In this episode Aimee Knight and Charles Max Wood discuss Microsoft's Web Apps on Linux offering with Jeremy Likness and Michael Crump.
Michael is on the developer experience team for Azure.
Jeremy is on the cloud developer advocacy team. Their mission is to remove friction and support developers and work with teams to build a positive experience.
The NodeJS team is headed up by John Papa. They have teams around the world and involved in many open source communities.
They're focused on building documentation and creating great experiences
Azure is a huge platform. It can be overwhelming. They're trying to help you start with your problem and then see the solution as it exists on Azure.
Azure is growing to embrace the needs of developers as they solve these problems.
The experience is intended to be open and easy to use for any developer in any language on any platform. It allows you to work in whatever environment you want.
Standing up applications in production is tough. Azure provides services and facilities (and interfaces) that make it easy to manage infrastructure.
You don't have to be an operations expert.
Chuck mentions this messaging as he heard it at Microsoft Connect() last year.
It's not about bringing you to .NET. It's about making it easy where you're at.
Aimee adds that as a new-ish person in the community and Azure excites her because the portal and tutorials are easy to follow for many new programmers.
A lot of these features are available across command lines, tools, and much more.
The documentation is great. See our interview with Dan Fernandez on the Microsoft Docs.
Web application as a service offering from Microsoft. I don't need to worry about the platform, just what's different about my application.
Web Apps has traditionally been on Windows. Web Apps on Linux is in preview.
You can choose the size of your infrastructure. You only get billed for what you use and can scale up.
Setting up multiple servers, managing synchronization and load balancing is a pain. Web Apps gives you a clean interface that makes this management easy.
You can also scale across multiple datacenters around the world.
Node was originally created on Linux and many tools run nicely on Linux. It was later ported to Windows.
The toolchains and IDE's and build processes is in an ecosystem that is targeted more toward Linux than Windows.
This allows people to work in an environment that operates how they expect instead of trying to map to an underlying Windows kernel.
Aimee gives the example of trying to set up ImageMagick on Windows.
Web Apps on Linux also allows you to build integrations with your tools that let you build, test, and deploy your application automatically.
Web Apps on Linux supports Node, PHP, Ruby, and .NET Core.
You can run a docker container with Node up to 6.x. If you want Node 7.x and 8.x you can create your own Docker container.
Web Apps on Linux is build on Docker.
The containers also have SSH, so developers can log into the docker container and troubleshoot problems on the container.
If you can build a container, you can also run it on this service.
At certain levels, there's automatic scaling.
It depends on how you build your app. The Docker containers have a shared storage where all the containers have access to the same data and state.
There's a system called kudu that makes this really simple.
You can also pull logs across all systems.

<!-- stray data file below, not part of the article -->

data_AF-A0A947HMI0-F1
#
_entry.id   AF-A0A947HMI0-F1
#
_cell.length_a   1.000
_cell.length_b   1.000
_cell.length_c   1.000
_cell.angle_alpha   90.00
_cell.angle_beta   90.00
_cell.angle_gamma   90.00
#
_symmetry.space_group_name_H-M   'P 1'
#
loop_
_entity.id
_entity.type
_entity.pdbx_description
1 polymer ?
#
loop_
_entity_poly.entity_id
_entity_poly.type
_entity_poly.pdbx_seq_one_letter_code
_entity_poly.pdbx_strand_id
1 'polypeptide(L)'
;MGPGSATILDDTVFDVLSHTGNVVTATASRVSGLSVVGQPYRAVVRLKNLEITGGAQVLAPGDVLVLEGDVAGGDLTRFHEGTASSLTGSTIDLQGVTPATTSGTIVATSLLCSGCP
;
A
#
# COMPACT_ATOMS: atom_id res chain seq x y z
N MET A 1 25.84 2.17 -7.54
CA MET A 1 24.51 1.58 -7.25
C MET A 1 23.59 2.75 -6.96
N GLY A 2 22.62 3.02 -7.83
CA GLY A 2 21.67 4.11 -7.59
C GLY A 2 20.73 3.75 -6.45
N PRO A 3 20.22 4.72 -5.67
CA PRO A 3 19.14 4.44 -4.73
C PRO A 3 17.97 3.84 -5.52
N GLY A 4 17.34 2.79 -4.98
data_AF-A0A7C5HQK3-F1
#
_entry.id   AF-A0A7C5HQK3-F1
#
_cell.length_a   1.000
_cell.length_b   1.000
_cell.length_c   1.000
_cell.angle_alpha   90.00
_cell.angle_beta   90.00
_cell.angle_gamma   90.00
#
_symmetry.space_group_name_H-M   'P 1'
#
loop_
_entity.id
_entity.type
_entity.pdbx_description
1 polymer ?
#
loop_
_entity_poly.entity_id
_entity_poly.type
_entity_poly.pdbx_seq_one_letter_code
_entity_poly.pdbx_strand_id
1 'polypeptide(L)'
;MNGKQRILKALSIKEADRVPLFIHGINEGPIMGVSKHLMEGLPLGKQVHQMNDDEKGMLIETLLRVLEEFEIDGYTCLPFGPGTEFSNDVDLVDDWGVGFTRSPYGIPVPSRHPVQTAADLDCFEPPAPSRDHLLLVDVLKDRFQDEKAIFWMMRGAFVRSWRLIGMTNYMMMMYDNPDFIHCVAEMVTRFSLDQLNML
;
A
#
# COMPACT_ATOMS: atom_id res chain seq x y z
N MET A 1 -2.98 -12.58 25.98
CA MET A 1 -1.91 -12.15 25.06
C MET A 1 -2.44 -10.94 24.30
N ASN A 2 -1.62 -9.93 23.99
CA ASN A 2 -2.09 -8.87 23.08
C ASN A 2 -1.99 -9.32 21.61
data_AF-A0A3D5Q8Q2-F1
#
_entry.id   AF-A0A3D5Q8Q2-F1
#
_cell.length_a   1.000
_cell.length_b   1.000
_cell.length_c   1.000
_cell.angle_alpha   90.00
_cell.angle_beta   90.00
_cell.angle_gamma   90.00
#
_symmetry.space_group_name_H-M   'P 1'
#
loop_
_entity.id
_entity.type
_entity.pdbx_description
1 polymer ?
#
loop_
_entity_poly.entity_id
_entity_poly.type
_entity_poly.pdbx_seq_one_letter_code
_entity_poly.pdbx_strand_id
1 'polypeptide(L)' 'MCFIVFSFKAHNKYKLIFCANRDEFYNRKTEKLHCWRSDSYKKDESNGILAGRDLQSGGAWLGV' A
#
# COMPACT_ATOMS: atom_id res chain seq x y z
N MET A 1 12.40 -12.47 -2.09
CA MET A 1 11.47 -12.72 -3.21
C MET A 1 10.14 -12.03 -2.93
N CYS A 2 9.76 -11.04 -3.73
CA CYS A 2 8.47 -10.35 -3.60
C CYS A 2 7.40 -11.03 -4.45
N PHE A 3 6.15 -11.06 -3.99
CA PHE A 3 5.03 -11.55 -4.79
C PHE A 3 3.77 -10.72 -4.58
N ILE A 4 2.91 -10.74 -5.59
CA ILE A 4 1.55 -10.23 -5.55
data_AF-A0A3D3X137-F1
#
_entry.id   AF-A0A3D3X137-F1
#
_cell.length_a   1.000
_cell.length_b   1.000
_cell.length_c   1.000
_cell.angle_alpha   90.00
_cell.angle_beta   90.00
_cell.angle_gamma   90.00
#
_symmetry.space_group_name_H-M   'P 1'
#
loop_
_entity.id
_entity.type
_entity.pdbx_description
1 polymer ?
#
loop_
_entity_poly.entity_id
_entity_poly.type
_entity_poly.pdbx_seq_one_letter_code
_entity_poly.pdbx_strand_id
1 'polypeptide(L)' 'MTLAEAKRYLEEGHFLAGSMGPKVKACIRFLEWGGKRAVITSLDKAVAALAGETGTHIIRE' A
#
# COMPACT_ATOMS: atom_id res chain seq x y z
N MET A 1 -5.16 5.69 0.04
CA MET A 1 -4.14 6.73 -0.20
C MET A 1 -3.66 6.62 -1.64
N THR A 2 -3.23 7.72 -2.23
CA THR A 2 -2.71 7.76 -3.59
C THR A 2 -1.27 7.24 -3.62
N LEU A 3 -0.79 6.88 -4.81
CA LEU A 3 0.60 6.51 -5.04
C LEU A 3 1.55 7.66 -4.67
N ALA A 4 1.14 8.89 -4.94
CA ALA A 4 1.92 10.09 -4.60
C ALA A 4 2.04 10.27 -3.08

You can also use SSH in the browser
How is the application built and how does it manage state so that you can isolate issues.
If you have 20 containers, can you connect to the right one.
It's up to you to manage correlation between containers so you can find the information you need.
Knowing your traffic and understanding what to do to prepare for it with scaling and automation is sometimes more art than science.
A lot of these systems lend themselves to running stateless, but you don't want to run mongodb on each container versus running one mongodb instance that everything attaches. You want a common place to store data for the entire app for shared state.
It's an API equivalent to MongoDB. It's a database as a service and you can connect your containers to the CosmosDB in Azure using your portal to make it super easy.
You may need to open up some firewall rules, but it should be pretty straightforward.
Azure has a service that provides metrics (Application Insights) and a logging service. Many other companies use elasticsearch based solutions that solve some of these problems as well.
Companies building new applications many times want to run without managing any infrastructure. So, they use Azure Functions, and other services on Azure.
Lift and shift: Take a virtual machine and change it into a web app container that they can run in the cloud. They also move from SQL Server on a server to SQL Server on the cloud. Moving from hosted MongoDB to CosmosDB.
You can also use any images on DockerHub.
Whether you're using a private registry or cloud registry. When you publish a new image, it'll use a webhook to pull the custom image and deploy it. Or to run it through Continuous Integration and then deploy it without any human interaction.
Chuck mentions the case when you haven't logged into a server for a while, there's a huge backlog of system updates. Updating your container definitions makes upkeep automatic.
You can set up instances to run across cores with the PM2 definitions. You can also make it run various types of workers on different containers.
Why did you use PM2? What other uses are there for this kind of setup?
You can tell it which processes to start up on boot. You can also have it restart processes when a file is changed, for example, with a config file you can have it restart the processes that run off that config file.
Trial account with a few hundred dollars in Azure credit.
📆 2017-09-06 02:43 / ⌛ 01:02:52